Part 1: Unwanted Behavior, Curiosity, and the Five Emotions

Although parenting is a tremendously rewarding experience, it can be a tremendously challenging experience. Parents have to deal with the complexities of their children's tough behavior, from tantrums to failing grades to social problems, and list goes on. Parents come into my practice with statements like "I don't know how to begin" or "We need help because we don't know why this keeps happening." My work is to provide support while helping parents discover their own resolutions to their child's tough, unwanted behavior. 

Educating parents is crucial to helping them discover new ways to interact with their child. The most impactful statement I make to parents regarding their child's unwanted behavior is to know that all behavior happens for a reason. For example, there is always something happening underneath the surface of tantrums, hitting, or a failing grade in math. Knowing how behavior works is the key to getting an unwanted behavior to stop.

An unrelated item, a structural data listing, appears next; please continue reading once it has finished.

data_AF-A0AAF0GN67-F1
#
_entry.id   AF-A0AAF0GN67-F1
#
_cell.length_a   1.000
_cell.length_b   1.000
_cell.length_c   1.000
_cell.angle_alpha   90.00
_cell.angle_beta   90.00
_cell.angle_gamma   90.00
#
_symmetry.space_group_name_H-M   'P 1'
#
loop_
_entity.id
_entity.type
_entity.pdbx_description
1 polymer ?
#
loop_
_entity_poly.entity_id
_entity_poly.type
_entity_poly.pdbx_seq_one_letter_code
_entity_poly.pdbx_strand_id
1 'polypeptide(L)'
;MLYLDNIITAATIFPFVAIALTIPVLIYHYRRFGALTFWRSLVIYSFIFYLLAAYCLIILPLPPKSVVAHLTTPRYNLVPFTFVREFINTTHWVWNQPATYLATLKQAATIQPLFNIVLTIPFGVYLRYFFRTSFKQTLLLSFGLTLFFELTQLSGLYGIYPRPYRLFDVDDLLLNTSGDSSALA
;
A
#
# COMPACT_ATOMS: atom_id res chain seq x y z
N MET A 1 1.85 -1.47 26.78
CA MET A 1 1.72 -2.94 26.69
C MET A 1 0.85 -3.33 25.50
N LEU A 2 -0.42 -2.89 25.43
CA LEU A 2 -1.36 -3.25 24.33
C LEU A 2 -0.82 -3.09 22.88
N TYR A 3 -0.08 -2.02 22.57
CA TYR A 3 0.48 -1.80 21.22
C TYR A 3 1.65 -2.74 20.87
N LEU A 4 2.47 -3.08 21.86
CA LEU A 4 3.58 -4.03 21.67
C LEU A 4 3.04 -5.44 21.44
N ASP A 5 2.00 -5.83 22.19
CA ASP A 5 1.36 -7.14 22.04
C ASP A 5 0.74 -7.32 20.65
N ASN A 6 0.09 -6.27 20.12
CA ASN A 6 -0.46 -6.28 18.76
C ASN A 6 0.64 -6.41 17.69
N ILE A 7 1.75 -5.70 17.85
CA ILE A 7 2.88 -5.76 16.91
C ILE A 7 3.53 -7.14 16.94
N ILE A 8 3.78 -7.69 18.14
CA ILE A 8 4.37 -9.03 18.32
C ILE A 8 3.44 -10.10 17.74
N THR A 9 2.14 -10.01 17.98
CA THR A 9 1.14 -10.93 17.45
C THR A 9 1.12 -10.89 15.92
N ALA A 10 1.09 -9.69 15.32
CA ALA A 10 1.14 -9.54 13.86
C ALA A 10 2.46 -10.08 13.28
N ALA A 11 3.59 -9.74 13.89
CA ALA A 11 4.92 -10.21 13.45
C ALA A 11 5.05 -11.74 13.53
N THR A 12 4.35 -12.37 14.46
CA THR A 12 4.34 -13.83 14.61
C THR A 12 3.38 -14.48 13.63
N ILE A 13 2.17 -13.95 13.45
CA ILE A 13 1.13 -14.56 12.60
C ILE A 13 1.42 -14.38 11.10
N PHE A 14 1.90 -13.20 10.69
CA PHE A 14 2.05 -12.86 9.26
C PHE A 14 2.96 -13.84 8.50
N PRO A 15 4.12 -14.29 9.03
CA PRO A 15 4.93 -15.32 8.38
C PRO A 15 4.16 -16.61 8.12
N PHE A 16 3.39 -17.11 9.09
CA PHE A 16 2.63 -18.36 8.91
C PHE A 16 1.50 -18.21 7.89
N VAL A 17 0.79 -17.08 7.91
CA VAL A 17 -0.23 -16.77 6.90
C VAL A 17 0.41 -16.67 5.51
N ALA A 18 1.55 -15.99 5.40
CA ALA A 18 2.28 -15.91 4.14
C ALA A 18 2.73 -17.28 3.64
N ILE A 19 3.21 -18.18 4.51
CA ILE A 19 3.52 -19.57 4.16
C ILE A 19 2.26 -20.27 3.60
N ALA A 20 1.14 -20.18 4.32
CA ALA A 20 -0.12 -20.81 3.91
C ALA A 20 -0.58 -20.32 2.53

Reasons for a child's behavior are rooted in their internal and external worlds. In their internal world, they have to cope with their emotions and thoughts. In their external world, they have to navigate social, family, and parental relationships. Moreover, their external world impacts their basic necessities of life, for example, having a safe place to live, access to healthy foods, and protection from violence and abuse. These necessities are critical for optimal development. In addition, both their inner and external worlds need to be in harmony. When there is disruption of the harmony in their internal and external worlds, this is not possible. It is these moments of disharmony when unwanted behaviors begin to appear. 

In part 2 on curiosity, I will show how curiosity towards your child can lead to combating internal and external dysregulation. I will teach some practical ways to develop curiosity. In part 3 on the five emotions, I will tie everything together to show how curiosity along with emotional labeling can dramatically reduce a child's dysregulated world. Stay tuned for part 2 on curiosity!